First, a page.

From 1888 until 1902, one of he best outfielders in baseball was William “Dummy” Hoy. William was only 5’4″ but was known for his great speed. In fourteen years he stole over 600 bases.

William had one other amazing feature other than his size. He was totally deaf. Because his lack of hearing affected his speech and political correctness did not exist, he went by the nickname “Dummy”.

Baseball changed because of William. His manager invented hand signals to communicate when he wanted William to steal or bunt. Today every team uses complicated hand signals to communicate strategy to batters and base runners.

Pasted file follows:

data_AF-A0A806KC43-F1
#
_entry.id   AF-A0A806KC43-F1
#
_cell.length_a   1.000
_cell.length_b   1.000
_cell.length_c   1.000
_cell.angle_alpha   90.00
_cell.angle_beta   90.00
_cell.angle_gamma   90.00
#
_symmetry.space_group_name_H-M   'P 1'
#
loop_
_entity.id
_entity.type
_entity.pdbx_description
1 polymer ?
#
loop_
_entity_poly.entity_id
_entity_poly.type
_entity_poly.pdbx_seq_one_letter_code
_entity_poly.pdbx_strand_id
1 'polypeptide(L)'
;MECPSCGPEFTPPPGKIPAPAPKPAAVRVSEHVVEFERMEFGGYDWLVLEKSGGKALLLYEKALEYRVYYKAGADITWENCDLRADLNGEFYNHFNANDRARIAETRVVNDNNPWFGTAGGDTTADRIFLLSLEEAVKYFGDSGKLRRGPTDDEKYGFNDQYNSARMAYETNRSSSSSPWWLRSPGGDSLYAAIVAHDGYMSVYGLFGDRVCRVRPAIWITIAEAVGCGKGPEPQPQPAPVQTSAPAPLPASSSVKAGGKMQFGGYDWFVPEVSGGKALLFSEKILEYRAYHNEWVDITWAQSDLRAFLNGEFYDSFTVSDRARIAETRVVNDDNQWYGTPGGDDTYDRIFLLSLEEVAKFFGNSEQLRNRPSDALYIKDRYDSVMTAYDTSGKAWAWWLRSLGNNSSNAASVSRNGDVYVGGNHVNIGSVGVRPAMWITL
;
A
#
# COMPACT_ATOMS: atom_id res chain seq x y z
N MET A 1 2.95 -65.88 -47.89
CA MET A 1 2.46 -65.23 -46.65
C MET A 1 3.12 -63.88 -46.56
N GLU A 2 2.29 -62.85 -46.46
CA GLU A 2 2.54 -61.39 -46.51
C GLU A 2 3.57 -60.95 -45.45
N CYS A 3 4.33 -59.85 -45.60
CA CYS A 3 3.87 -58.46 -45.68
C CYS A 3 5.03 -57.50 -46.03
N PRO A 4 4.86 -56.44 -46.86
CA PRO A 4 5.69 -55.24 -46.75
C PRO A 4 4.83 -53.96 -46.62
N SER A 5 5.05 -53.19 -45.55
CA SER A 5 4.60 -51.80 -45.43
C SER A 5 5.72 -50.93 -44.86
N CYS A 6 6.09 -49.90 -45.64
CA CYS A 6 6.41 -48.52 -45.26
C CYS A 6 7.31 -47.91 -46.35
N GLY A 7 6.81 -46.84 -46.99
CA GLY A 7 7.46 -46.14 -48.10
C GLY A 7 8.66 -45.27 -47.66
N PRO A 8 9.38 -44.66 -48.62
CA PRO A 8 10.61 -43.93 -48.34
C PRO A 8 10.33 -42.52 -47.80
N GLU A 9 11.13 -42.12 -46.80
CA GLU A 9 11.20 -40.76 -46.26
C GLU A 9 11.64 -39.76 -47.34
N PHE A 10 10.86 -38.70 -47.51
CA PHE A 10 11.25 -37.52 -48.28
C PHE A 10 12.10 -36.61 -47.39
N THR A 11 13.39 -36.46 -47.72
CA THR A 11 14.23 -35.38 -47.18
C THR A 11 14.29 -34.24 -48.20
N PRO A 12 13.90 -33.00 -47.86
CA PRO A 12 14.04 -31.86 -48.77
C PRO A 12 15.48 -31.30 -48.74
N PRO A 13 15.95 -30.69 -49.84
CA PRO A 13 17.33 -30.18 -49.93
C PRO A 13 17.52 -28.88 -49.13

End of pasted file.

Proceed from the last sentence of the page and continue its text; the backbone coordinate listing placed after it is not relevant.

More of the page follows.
The next time you see a coach rub his arm, pull his ear, or rub his eyelid you will know that a little 5’4″ man with great speed and a tremendous desire to compete was responsible. He was a man who accentuated his ability to offset his disability.

In 1961, at the age of 99, “Dummy” Hoy threw out the first pitch of the World Series in Cincinnati, for his team the Cincinnati Reds. As he threw the pitch he received a thunderous standing ovation that he saw but never heard.